ClassicPress Beta is now available – should we adopt it?
The ClassicPress fork of WordPress, inspired initially by the forced introduction of Gutenberg in WordPress 5.0, is progressing positively, and today the first Beta was released, superceding the initial Alpha release.
The main feature added by the Beta is the advent of automatic updating, which of course we won’t see the benefit of until the next release, but it’s good to have it implemented.
I have ClassicPress installed on a test site on my development system, and aside from the different icon on the admin screens you’d hardly know the site isn’t WordPress – everything simply works the same, which for now is exactly as it should be.
As a developer who has wrestled with Gutenberg and would rather not have to, I’ve been closely examining the marketing copy produced by both the ClassicPress and CalmPress forks, and for now I think the right route for me is to continue testing and working with ClassicPress on my development system, and to leave CalmPress in the wings for now (but not forget about it entirely). The reason for this is that I believe the ClassicPress team are prioritising compatibility more highly than the CalmPress developer, and that is something that is important for me.
The acid test, of course, will be to use ClassicPress on a live site, and I would love to, but there are two things that need to happen before I’m willing to do that.
These days there are certain plugins that I use across all my sites and rely on heavily. One of these is WordFence, which scans my live sites and reports on vulnerabilities and attacks. At the moment WordFence will complain and throw out a bunch of false positives if run on a ClassicPress installation, because it is comparing that installation with a stock WordPress installation, and many core files have changed in ClassicPress. If the ClassicPress team are able to persuade those at WordFence to make it check against ClassicPress core files instead of WordPress core files, when it detects a ClassicPress installation, that would sweeten the deal considerably for me.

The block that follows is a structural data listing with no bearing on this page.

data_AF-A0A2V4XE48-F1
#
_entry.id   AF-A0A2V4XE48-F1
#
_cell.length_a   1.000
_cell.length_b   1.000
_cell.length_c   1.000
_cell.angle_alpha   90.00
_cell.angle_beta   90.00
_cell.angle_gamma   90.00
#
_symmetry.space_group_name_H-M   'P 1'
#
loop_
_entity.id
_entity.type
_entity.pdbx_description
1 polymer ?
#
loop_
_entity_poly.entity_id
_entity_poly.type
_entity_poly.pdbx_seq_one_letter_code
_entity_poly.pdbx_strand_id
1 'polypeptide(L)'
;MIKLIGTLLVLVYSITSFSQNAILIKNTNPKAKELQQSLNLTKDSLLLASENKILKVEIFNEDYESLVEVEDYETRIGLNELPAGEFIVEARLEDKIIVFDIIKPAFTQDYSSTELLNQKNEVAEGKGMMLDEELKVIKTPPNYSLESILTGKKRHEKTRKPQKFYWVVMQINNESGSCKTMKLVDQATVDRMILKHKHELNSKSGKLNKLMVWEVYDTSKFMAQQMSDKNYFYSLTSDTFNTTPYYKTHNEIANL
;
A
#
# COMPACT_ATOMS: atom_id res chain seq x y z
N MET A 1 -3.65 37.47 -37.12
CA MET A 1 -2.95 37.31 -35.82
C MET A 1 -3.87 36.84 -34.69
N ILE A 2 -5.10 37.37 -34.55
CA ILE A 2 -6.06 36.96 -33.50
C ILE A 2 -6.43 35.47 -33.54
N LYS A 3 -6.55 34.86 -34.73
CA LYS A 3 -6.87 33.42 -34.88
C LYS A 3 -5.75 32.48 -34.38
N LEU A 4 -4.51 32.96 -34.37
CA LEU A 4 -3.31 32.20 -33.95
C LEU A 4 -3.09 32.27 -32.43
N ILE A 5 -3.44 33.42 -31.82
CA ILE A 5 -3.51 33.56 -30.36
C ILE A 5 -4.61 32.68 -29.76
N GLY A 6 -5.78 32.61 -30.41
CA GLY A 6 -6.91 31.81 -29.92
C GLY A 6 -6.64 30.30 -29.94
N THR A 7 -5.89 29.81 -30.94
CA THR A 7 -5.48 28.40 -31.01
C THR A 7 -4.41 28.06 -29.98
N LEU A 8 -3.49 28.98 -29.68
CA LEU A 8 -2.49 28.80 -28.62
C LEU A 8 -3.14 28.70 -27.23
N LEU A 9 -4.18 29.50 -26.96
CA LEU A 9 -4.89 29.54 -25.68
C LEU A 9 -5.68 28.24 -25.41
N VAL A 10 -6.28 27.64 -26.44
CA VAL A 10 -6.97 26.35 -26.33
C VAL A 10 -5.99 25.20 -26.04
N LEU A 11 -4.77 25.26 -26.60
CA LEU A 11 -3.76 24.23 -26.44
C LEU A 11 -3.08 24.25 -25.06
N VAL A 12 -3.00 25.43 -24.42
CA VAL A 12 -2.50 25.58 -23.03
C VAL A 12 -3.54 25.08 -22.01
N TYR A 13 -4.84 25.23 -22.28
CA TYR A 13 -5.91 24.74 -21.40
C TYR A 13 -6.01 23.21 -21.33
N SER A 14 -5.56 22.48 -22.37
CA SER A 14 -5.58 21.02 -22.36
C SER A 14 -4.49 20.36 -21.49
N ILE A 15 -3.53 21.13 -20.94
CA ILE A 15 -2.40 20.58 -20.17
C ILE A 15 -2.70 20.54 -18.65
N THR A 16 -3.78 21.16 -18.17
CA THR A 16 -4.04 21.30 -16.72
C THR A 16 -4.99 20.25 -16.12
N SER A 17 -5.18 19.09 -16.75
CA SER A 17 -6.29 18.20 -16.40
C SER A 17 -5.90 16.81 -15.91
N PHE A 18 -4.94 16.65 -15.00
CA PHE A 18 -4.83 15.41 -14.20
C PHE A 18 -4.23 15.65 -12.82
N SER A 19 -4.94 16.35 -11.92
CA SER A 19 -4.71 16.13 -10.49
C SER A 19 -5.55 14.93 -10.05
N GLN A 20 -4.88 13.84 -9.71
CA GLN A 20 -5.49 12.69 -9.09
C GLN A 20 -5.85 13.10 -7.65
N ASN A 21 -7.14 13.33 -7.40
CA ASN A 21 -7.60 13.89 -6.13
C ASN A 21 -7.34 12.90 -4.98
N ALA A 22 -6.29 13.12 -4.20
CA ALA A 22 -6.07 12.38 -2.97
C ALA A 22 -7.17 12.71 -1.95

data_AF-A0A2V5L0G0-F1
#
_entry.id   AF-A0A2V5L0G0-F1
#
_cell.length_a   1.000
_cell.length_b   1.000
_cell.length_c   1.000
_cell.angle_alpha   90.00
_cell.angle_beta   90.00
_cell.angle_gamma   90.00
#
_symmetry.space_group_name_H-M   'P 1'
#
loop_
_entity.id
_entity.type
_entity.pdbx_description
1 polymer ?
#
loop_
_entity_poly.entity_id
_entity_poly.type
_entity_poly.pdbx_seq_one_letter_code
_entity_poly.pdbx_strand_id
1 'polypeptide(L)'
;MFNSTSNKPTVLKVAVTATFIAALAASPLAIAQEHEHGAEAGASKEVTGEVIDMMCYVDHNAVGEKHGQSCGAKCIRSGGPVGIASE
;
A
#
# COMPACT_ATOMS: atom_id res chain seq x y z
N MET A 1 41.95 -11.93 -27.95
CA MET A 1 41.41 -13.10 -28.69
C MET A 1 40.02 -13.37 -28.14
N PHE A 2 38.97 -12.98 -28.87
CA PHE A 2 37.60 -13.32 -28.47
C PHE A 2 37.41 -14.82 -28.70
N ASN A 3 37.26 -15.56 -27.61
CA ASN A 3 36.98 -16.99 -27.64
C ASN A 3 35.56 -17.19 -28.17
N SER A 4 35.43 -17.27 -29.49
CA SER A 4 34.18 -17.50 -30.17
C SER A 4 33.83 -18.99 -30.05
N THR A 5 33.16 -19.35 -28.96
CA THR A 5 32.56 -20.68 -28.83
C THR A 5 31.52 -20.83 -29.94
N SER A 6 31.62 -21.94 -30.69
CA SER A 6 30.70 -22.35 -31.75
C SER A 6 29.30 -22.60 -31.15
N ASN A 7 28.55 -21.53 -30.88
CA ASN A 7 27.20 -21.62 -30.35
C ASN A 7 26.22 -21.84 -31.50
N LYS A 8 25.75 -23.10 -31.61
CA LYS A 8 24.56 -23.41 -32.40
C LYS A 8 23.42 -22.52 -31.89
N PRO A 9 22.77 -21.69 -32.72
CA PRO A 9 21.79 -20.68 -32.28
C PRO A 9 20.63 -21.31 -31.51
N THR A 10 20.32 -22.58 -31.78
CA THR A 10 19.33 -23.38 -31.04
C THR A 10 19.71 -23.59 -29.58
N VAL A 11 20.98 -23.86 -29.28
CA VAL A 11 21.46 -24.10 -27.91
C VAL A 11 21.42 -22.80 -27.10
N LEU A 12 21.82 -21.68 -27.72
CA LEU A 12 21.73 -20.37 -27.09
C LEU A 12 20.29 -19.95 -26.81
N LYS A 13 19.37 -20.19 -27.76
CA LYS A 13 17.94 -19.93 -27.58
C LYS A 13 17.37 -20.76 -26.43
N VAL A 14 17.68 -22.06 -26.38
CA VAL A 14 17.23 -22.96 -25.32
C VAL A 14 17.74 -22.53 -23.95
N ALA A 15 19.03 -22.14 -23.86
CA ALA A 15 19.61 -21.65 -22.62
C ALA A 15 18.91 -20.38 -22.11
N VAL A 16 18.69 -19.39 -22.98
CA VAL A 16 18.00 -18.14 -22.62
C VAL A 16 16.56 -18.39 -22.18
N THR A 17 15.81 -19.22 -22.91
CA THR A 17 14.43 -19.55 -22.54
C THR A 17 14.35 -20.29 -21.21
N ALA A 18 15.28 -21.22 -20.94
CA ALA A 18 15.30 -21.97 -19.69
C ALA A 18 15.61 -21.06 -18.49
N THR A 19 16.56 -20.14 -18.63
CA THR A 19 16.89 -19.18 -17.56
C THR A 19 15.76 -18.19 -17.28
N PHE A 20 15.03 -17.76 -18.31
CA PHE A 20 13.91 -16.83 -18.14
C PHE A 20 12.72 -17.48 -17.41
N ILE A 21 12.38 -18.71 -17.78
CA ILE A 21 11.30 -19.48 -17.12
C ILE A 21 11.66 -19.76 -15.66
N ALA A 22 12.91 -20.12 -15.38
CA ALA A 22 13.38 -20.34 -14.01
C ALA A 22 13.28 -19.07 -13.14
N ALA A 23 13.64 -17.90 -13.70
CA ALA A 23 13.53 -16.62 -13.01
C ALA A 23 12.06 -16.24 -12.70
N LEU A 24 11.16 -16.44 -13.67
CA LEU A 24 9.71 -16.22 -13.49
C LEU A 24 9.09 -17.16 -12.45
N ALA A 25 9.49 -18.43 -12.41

The other issue for me is that I use the MainWP centralised control system to handle core and plugin updates for all my sites and my clients’ sites. It saves me untold hours every week and underpins my ZigCare service. I’ve found that MainWP handles plugin updates for ClassicPress installations without a problem, which is excellent news, but right now it’s impossible to know if it will handle ClassicPress core updates, until another release (after the current Beta) is made. You can be sure I’ll be testing that once there’s another ClassicPress release.
Something that both of those plugins have in common of course, is that they communicate (or trigger communication) with a third party outside the website installation. WordFence communicates with its servers and the WordPress repositories to check file integrity, and MainWP’s child plugin connects with the WordPress repositories for the purpose of identifying and fetching required updates. And that, I think, indicates one of the crucial things for ClassicPress: aside from the quality of ClassicPress itself, its success will also depend on the willingness of third parties to make it part of their ecosystems.
So for me in particular, ClassicPress isn’t yet ready for using on a live site, especially one belonging to a client. However, it does show promise in a lot of ways: a solid Beta has been delivered on schedule; there is an eclectic team of people involved; they engage in discussion via their forums; and their aims for ClassicPress fit with the way ZigPress approaches web development.
I’m quite excited to see how things develop.